Here’s what I want my kids to be taught
The Star Tribune reports that education ranks as the top issue for Minneapolis citizens as we prepare to elect a new mayor. Indeed, we all care about the education of our children; as a father of three kids in Minneapolis public schools, I do, too. But to focus only on performance misses the mark.
I would rather that we have a conversation and debate on formation. What kind of citizens do we want when they graduate?
Of course we want our children to read, reflect, create, write, and solve complex problems. But I also hope, through the care and attention of their teachers and staff, they will learn conflict-resolution skills; that there are nonviolent ways to solve differences and problems; empathy and compassion for differing voices and opinions, and respect for the diversity of their classmates. Like all urban school districts, the teachers and staff of Minneapolis schools are trying to do a lot with very little.
My kids will each spend many hours this school year with their individual teachers. These teachers will have an enormous impact on my kids and your kids, shaping their character, hopes and dreams. Let us invest in our teachers and staff with realistic classroom sizes and the necessary resources so that they have the time to care for and love our kids into the future citizens of this great city.
The Rev. G. TRAVIS NORVELL, Minneapolis
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We aren’t entitled to this feeling? Wrong.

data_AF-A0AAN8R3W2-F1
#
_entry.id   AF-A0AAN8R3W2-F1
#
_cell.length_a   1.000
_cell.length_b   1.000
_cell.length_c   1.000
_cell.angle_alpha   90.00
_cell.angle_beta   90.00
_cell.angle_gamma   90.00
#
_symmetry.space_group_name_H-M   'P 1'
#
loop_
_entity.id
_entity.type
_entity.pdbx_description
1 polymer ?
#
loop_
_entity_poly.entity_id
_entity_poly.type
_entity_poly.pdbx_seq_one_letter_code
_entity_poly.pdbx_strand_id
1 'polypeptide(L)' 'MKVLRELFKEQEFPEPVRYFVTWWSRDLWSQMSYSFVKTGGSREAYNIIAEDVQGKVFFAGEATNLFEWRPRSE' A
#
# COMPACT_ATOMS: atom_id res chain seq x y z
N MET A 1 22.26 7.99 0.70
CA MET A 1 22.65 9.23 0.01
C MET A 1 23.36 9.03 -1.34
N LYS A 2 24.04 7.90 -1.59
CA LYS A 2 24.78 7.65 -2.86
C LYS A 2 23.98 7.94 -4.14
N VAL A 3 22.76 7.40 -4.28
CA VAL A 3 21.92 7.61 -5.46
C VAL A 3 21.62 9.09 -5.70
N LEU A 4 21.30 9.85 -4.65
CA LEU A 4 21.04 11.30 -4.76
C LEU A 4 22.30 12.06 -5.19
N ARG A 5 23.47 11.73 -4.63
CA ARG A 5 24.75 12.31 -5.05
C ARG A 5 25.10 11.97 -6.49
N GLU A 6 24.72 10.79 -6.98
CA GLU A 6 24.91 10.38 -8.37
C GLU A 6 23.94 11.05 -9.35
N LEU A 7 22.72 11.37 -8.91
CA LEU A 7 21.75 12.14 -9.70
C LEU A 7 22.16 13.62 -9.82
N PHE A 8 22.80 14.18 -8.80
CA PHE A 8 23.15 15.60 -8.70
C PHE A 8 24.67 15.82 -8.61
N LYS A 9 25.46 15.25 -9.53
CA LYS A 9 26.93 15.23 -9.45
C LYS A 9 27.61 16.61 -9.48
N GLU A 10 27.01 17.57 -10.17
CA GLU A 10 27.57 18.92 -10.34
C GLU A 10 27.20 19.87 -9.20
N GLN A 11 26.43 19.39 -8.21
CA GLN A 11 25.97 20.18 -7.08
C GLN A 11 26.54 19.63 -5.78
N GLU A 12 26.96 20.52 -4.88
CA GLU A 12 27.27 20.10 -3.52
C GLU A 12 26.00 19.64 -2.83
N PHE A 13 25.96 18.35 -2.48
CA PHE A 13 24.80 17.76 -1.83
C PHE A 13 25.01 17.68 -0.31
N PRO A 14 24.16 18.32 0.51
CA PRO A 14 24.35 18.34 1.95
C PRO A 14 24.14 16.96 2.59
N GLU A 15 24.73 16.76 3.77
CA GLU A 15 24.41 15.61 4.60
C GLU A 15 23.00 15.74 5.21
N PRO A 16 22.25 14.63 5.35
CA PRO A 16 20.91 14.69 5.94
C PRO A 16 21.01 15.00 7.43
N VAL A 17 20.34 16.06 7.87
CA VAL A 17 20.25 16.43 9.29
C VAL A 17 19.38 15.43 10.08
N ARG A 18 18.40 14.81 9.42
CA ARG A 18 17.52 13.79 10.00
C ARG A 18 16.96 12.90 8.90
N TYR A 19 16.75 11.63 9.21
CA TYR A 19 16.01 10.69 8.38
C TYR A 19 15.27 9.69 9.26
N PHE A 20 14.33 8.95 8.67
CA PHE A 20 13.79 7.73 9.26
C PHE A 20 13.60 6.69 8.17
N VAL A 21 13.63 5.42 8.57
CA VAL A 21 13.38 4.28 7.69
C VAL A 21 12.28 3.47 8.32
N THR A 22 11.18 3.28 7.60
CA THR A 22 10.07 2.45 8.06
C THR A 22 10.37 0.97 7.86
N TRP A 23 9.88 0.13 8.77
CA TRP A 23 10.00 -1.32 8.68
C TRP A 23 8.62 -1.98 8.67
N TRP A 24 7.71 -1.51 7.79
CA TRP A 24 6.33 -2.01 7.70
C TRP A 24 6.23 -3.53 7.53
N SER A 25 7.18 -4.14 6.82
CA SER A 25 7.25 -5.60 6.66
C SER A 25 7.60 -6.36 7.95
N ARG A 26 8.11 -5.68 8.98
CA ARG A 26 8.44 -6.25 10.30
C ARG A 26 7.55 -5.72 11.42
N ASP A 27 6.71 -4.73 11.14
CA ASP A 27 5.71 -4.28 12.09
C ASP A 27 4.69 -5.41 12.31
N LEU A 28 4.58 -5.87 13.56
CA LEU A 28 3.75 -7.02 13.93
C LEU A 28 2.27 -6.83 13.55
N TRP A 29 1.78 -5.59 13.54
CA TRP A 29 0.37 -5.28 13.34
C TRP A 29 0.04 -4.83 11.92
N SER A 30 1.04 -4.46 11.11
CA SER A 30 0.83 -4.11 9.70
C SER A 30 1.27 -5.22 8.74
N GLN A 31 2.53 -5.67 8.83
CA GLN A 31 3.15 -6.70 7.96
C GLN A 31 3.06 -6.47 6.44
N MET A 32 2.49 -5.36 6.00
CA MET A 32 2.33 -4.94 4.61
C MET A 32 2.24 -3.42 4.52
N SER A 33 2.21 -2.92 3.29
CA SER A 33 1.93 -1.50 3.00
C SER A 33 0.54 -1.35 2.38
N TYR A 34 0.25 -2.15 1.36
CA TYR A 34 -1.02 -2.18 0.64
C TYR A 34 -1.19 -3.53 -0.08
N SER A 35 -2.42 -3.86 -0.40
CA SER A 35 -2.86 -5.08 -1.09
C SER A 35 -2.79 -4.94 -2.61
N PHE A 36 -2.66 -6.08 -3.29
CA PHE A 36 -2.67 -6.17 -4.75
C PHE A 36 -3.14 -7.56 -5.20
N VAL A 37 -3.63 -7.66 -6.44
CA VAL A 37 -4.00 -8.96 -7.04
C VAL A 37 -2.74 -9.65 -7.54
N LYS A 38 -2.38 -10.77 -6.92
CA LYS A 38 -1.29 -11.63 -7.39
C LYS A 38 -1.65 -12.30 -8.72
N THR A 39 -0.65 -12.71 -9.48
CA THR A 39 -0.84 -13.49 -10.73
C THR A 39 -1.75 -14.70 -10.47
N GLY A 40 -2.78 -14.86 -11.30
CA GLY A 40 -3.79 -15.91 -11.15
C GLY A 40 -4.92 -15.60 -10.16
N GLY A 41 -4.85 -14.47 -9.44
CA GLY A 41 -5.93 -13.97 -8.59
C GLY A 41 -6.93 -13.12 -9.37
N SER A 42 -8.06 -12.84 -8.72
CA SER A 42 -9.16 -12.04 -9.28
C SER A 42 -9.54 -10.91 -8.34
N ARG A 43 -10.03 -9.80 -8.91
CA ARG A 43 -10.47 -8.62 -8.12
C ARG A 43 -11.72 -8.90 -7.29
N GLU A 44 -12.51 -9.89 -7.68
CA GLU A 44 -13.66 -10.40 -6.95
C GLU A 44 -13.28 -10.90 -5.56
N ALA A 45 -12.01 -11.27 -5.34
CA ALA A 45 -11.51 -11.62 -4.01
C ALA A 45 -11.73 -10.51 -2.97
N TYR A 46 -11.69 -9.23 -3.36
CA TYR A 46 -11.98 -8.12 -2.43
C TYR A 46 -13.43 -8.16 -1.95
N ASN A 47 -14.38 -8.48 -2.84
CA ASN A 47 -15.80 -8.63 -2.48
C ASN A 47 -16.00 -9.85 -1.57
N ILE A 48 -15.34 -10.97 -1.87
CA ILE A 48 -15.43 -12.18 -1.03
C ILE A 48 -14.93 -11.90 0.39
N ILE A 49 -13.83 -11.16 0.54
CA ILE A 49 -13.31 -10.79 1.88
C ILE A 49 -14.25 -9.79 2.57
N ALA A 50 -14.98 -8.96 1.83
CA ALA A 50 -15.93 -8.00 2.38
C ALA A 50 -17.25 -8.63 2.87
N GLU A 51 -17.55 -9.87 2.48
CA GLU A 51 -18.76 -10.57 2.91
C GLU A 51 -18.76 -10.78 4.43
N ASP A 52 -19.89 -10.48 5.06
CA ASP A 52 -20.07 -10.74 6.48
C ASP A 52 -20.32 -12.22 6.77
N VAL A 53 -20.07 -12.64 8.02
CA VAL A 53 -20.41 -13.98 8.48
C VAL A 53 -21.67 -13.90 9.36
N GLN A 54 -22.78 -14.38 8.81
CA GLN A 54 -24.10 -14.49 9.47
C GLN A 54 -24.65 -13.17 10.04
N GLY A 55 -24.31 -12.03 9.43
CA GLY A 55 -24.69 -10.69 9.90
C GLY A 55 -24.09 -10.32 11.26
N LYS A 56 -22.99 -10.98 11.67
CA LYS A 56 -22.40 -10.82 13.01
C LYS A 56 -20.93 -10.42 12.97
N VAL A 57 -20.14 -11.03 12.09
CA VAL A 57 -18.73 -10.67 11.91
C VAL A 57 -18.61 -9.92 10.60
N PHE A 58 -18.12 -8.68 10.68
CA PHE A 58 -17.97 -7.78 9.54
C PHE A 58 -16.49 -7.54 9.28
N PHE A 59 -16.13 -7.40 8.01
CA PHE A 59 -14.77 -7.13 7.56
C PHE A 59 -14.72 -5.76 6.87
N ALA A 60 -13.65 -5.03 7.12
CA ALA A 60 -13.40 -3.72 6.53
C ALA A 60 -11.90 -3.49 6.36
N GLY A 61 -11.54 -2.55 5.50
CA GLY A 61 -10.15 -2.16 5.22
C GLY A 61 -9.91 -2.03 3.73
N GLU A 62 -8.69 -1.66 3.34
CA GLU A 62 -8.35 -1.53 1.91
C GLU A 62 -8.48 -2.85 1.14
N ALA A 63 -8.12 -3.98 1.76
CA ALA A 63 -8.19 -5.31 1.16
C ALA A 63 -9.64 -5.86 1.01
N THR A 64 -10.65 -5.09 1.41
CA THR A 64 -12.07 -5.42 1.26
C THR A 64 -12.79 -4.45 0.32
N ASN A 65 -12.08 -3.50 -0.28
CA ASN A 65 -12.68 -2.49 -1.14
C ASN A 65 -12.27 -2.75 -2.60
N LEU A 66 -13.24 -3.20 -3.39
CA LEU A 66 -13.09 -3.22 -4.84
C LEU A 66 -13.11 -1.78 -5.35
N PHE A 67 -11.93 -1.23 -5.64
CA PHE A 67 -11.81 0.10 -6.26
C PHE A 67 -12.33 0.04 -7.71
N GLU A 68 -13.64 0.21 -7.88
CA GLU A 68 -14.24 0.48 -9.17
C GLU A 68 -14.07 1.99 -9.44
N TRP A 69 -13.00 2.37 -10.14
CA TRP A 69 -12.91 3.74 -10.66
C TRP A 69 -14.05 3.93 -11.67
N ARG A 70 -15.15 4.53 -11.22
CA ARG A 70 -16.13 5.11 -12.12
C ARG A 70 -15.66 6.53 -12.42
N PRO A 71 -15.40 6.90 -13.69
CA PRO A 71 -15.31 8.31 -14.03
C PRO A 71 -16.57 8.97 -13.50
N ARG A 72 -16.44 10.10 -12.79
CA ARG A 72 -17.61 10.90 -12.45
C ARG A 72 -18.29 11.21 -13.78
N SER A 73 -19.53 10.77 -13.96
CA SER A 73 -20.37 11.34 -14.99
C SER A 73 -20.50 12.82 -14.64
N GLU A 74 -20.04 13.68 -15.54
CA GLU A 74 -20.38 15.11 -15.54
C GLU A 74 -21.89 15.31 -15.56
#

So, according to Eliot A. Cohen, only those killed or injured in war, or their families, are entitled to “war-weariness” (“Americans’ exaggerated ‘war-weariness’,” Sept. 16). How about people in whose name soldiers are sent to kill and be killed in other countries in unprovoked wars — wars in which thousands of innocent people are killed? How could any civilized person not be “weary?” Video games and gory movies do not kill thousands of people. We cannot “change the channel” on a war.
“No one has raised our taxes to pay for war.” In what world does Cohen live? Does he think our wars are paid for with bake sales?
“For a president to confess to war-weariness is to confess weakness.” In what way is a war-averse president “weak?” It is the ultimate test of strength to resist the drumbeat of war and of those who profit from war and control.
I am lucky enough to have not yet fought in a war, or to have had a family member killed in one. But I am plenty weary of wars and warmongering.
DAN FREIBERG, Golden Valley
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The Opinion section is produced by the Editorial Department to foster discussion about key issues. The Editorial Board represents the institutional voice of the Star Tribune and operates independently of the newsroom.